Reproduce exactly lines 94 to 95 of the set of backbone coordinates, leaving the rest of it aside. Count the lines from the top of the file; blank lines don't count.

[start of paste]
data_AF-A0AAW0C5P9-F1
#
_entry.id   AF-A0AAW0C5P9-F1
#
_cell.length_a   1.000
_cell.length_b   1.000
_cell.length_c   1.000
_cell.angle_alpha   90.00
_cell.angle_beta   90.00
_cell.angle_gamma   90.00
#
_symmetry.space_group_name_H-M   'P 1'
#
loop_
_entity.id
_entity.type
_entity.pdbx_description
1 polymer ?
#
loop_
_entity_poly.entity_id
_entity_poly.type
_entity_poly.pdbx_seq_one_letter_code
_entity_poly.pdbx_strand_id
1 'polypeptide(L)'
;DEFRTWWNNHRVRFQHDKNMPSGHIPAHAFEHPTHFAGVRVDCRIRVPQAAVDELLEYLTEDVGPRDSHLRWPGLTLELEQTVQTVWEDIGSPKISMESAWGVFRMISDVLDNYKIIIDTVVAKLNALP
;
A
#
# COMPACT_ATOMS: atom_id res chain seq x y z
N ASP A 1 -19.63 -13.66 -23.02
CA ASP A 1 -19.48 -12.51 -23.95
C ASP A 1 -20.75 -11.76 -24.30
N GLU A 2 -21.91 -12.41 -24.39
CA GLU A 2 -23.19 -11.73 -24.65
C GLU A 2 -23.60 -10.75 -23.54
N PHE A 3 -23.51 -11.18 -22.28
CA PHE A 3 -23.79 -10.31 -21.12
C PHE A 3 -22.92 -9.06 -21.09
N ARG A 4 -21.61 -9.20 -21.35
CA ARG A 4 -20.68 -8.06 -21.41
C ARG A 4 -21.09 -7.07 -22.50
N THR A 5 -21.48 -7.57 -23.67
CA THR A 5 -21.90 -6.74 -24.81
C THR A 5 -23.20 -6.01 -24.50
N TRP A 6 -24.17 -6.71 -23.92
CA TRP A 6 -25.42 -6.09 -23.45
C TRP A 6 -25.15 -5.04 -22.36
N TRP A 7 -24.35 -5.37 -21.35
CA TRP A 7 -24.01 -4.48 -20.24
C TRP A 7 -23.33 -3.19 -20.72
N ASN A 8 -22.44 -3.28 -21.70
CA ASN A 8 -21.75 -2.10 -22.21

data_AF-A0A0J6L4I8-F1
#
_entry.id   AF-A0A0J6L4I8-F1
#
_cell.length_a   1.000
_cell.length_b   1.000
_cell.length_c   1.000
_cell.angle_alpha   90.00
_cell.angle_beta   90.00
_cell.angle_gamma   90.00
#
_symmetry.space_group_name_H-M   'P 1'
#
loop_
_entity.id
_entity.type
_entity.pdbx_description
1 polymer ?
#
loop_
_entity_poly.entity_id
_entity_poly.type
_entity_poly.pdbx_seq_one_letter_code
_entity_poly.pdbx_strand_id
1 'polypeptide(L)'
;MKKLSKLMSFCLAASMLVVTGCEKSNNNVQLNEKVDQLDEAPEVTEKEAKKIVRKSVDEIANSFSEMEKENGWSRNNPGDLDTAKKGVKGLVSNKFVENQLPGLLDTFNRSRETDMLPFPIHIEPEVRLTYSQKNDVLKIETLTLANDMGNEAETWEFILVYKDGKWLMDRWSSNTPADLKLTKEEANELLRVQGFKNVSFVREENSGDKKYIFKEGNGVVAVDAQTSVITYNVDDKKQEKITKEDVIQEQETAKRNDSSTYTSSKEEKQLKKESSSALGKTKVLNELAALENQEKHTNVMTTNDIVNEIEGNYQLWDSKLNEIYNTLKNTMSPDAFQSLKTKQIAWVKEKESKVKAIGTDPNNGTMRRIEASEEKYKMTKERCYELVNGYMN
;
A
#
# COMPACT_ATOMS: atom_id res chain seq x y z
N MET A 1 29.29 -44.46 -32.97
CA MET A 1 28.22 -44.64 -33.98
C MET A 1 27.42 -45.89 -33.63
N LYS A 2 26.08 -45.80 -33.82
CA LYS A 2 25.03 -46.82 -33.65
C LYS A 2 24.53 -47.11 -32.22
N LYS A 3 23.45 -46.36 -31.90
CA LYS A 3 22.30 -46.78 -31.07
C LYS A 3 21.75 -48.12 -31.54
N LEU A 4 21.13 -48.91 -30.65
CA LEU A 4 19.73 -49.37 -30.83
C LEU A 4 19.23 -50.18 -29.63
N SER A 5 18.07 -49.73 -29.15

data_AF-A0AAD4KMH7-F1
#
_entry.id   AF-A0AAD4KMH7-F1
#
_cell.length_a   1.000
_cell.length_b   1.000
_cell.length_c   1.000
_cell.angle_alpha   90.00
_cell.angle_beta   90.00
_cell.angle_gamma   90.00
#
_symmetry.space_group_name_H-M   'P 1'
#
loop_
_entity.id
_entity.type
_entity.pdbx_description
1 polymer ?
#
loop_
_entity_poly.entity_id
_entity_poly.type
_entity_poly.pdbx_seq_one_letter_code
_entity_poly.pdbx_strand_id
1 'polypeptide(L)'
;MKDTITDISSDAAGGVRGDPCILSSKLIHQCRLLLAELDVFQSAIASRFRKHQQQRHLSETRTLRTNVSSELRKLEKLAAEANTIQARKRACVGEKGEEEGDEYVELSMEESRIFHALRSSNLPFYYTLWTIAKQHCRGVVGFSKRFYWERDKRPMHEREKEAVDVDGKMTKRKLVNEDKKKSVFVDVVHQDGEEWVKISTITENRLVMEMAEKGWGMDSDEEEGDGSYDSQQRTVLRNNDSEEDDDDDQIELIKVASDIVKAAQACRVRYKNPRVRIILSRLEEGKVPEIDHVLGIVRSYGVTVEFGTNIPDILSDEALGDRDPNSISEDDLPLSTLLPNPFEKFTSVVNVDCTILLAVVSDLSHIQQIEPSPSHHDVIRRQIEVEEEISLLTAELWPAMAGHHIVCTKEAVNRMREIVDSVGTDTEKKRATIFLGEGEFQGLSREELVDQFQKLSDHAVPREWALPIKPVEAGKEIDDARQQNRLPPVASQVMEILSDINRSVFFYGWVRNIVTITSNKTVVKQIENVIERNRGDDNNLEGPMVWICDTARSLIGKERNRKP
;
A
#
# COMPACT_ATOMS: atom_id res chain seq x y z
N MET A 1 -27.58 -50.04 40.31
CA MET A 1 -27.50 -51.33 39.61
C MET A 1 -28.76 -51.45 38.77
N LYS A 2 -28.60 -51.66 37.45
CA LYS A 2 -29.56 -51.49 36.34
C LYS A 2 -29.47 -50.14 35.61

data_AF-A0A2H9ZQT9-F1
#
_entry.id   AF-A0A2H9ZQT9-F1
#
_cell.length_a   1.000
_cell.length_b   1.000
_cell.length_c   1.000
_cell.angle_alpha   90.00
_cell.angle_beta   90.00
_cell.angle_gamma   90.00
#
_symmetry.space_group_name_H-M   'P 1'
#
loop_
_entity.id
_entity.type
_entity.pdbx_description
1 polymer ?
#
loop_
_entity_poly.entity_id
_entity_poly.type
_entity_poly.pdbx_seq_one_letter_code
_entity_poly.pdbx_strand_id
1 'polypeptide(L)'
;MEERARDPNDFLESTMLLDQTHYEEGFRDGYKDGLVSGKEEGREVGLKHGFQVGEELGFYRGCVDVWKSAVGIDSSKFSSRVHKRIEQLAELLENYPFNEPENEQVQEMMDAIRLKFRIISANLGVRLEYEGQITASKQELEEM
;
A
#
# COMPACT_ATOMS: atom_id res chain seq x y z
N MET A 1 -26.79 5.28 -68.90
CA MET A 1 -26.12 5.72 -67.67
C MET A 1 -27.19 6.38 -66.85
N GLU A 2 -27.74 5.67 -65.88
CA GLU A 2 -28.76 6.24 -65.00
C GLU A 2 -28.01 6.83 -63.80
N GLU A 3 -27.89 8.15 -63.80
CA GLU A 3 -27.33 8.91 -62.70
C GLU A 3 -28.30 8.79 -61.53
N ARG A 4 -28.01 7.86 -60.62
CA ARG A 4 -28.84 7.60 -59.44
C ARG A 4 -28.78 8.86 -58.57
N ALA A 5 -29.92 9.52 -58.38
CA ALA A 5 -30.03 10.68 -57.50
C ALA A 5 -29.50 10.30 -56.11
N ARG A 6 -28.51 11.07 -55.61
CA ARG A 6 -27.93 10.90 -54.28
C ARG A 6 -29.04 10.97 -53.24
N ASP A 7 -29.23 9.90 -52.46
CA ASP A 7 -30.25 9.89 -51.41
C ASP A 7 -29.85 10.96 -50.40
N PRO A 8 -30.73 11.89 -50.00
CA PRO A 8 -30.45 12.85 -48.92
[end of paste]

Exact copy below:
CA LEU A 4 19.73 -49.37 -30.83
C LEU A 4 19.23 -50.18 -29.63